In recent weeks, the Trump administration has stepped up its efforts at "regime change" in Venezuela. In the past, Trump himself has even mentioned military action as a possible option, but the most recent moves appear more likely to be implemented, and some are already operational.
According to a source with knowledge of the matter, the leading opposition contender for Venezuela's May presidential election, Henri Falcón, was told by U.S. officials that the Trump administration would consider financial sanctions against him if he entered the presidential race. (The U.S. State Department did not return requests for comment.) The U.S. has backed the main opposition coalition decision to boycott the election.
Falcón is a former governor and retired military officer. He is leading in the latest polls, and according to the most reliable opposition pollster, would defeat Maduro in the election by a margin of nearly 7 percentage points.
Why would the Trump administration want to prevent an opposition leader who could possibly win the presidency in Venezuela from running in this election? There is no way to know for sure, but high-level sources from inside the administration have stated that Florida Sen. Marco Rubio is determining U.S. policy toward Venezuela. Rubio is a hardliner who does not seem interested in an electoral or negotiated solution to Venezuela's political crisis. On Feb. 9, he appeared to support a military coup when he tweeted:
The world would support the Armed Forces in #Venezuela if they decide to protect the people & restore democracy by removing a dictator
— Marco Rubio (@marcorubio) February 9, 2018
Such open support from Washington for a military coup against an elected government – before the coup has occurred – is unusual, to say the least, in the 21st century. But the Trump team is not just sitting around waiting for it to happen. The Rubio/Trump strategy seems to be to try to worsen the economic situation and increase suffering to the point where either the military, or the insurrectionary elements of the opposition, rise up and overthrow the government.
That appears to be the purpose of the financial sanctions that Trump ordered on Aug. 24, 2017. These sanctions cut off Venezuela from billions of dollars of potential loans, as well as from revenue even from its own oil company in the U.S., Citgo. They have worsened shortages of medicine and food, in an economy that is already suffering from inflation of about 3,000 percent annually and a depression that has cost about 38 percent of GDP. These sanctions are illegal under the Organization of American States charter and under international conventions to which the U.S. is a signatory.
Now U.S. officials are talking about a more ferocious collective punishment: cutting off Venezuela's oil sales. This was not done previously because it would hurt U.S. oil refining interests that import Venezuelan oil. But the administration has floated the idea of tapping the U.S. strategic petroleum reserves to soften the blow. All this to overthrow a government that nobody can claim poses any threat to the United States.
No one can pretend that the Trump administration cares about fair elections in Latin America. The Honduran election of Nov. 26 was almost certainly stolen, and even Washington's close ally who heads the OAS, Secretary General Luis Almagro, called for it to be run again. But the Trump administration went with the incumbent President Juan Orlando Hernández in Honduras, a politician whose brother and security minister have been linked to drug traffickers and whom Trump Chief of Staff John Kelly, former head of the U.S. Southern Command, has described as a "great guy" and a "good friend." The Trump administration did not object to their post-election killings of unarmed protesters or other human rights abuses – in fact, the State Department certified the Honduran government as complying with human rights obligations just days after the election.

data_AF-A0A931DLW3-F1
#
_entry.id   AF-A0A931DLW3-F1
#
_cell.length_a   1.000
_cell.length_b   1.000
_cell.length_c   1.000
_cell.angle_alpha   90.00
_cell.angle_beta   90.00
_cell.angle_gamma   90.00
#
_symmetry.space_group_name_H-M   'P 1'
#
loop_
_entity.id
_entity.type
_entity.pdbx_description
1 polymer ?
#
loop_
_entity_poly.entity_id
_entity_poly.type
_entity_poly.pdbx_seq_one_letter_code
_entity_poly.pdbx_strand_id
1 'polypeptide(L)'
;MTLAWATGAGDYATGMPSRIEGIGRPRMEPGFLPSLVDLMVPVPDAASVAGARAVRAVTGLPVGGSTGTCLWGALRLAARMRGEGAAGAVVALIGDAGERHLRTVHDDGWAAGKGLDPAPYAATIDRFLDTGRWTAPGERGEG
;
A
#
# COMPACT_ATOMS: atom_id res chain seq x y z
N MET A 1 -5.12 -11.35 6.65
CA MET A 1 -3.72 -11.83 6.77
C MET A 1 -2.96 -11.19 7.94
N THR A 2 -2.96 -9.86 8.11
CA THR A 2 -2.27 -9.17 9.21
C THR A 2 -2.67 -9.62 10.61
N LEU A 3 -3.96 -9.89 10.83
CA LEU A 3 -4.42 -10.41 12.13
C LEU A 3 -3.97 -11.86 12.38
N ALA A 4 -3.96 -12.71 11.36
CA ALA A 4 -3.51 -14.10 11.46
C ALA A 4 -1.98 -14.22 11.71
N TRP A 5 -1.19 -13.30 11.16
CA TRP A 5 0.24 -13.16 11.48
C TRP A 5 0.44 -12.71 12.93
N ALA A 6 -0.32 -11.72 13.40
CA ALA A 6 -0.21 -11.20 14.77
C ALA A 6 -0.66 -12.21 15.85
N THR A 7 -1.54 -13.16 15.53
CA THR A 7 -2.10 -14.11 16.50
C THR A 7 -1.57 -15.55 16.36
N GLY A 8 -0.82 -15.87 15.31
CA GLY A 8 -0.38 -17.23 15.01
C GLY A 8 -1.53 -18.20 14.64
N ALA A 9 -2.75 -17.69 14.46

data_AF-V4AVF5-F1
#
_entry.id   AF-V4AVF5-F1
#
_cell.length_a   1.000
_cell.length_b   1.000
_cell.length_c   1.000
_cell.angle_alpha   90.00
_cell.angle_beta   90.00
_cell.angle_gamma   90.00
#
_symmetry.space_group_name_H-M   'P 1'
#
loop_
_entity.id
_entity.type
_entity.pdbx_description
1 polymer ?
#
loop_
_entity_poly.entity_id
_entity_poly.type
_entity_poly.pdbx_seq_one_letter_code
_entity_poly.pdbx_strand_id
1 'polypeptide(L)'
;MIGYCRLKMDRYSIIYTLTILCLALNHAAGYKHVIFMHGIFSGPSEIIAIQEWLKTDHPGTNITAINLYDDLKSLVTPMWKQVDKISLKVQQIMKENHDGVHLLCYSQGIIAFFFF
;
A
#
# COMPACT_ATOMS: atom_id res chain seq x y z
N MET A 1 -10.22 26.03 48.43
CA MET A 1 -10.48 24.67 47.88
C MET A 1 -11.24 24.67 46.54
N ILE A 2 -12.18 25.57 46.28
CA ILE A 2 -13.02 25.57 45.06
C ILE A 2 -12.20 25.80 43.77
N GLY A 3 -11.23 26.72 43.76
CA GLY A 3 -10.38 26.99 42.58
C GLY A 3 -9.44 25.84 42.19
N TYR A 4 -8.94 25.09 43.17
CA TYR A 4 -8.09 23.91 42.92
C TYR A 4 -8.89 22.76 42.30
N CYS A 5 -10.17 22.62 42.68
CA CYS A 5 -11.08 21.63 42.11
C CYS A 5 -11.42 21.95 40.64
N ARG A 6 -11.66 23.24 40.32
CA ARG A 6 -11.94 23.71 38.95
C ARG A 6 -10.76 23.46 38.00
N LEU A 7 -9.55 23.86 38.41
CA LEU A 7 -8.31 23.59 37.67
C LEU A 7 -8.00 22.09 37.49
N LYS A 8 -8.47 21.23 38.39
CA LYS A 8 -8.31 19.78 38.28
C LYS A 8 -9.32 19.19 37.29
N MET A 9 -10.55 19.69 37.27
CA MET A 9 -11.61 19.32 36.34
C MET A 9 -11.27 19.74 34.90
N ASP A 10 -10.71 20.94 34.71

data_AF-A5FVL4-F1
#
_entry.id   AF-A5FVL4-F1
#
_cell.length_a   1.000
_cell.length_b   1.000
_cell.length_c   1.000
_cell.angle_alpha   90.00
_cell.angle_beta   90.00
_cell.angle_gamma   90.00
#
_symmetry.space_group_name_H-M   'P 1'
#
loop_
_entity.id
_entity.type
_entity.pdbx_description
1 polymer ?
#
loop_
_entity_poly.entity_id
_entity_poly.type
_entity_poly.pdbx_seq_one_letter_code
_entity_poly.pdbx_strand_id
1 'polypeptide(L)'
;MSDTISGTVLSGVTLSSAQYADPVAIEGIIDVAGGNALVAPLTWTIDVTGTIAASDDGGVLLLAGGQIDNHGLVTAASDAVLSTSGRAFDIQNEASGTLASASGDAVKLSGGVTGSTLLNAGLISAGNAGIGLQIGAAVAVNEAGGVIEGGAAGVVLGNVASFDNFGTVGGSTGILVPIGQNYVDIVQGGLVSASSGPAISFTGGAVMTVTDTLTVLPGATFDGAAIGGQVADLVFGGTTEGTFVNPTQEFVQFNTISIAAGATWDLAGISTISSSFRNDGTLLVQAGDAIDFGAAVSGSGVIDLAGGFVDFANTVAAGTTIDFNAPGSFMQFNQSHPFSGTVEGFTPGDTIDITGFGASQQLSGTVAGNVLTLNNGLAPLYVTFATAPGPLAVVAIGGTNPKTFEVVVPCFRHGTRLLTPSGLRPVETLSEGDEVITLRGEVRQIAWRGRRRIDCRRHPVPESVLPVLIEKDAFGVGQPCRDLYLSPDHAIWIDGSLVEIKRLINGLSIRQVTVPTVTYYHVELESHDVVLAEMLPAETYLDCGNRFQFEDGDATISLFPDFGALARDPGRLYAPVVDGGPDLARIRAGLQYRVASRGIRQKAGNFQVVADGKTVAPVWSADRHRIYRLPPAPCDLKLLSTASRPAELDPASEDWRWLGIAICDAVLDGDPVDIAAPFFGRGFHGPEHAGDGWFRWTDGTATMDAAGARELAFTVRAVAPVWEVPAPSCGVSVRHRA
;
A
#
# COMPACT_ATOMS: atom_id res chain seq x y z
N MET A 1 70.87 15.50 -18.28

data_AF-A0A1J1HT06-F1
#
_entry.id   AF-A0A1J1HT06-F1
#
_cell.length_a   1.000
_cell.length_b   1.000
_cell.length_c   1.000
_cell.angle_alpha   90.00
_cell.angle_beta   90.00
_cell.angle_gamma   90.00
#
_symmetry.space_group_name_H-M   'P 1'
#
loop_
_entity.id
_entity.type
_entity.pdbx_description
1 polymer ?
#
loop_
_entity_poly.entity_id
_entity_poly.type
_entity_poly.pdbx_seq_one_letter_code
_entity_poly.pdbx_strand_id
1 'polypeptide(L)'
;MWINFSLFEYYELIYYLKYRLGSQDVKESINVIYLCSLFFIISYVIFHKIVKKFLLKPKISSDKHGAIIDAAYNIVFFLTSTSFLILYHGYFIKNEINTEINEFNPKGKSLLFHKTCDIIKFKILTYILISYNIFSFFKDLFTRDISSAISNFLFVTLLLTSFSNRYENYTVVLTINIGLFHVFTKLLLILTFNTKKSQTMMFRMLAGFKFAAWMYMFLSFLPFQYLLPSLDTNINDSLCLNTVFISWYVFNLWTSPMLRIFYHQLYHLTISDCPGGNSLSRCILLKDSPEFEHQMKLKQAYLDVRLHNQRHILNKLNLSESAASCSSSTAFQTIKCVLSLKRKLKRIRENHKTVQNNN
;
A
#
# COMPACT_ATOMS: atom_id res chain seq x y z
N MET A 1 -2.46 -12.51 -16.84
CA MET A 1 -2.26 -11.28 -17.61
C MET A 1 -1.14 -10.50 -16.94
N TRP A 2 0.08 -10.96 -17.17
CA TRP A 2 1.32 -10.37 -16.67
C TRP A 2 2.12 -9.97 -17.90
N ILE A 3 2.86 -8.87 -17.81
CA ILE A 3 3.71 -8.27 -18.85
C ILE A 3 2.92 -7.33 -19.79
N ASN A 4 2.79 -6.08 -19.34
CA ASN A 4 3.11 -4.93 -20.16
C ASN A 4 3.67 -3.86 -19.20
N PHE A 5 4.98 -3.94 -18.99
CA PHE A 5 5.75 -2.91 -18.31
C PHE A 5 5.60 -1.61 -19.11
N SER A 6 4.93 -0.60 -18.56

There are certainly valid complaints about the upcoming election in Venezuela. Some opposition candidates have been excluded, and the government moved the election forward from its initially scheduled time in December to April. The opposition had wanted it moved forward, but this was sooner than they wanted. (On Thursday, Reuters reported that an agreement had been reached between Venezuela's election board and some opposition parties to hold the election in late May.)
Negotiations between the government and the opposition over these and other problems broke down last month, although the government did agree to allow election observers from the United Nations. With regard to the procedural credibility of Venezuela's elections, in the past two decades there has almost never been any legitimate doubt about the vote count, due to the adoption of a very secure voting system. (The only exceptions were the Constituent Assembly election of July 30 last year, which the opposition boycotted and there was some question about the number of people who voted; and one out of 23 governors' elections on October 15, where the local vote count was not credible.) For the current negotiations, we cannot know if other disagreements might have been resolved if the Trump administration had not been pushing so hard to prevent elections from taking place, and encouraging extra-legal "regime change" as an opposition strategy.
The main opposition coalition, the Democratic Unity Roundtable (MUD, by its acronym in Spanish), has as of now decided to boycott the elections. But it's not clear that the voters will follow their lead. The most reliable and recent polls, from Torino Capital and Datanalisis, show that 77.6 percent of voters intend to vote in the April election, with only 12.3 percent planning to abstain. They should have that opportunity, and the Trump administration should not be trying to take it away from them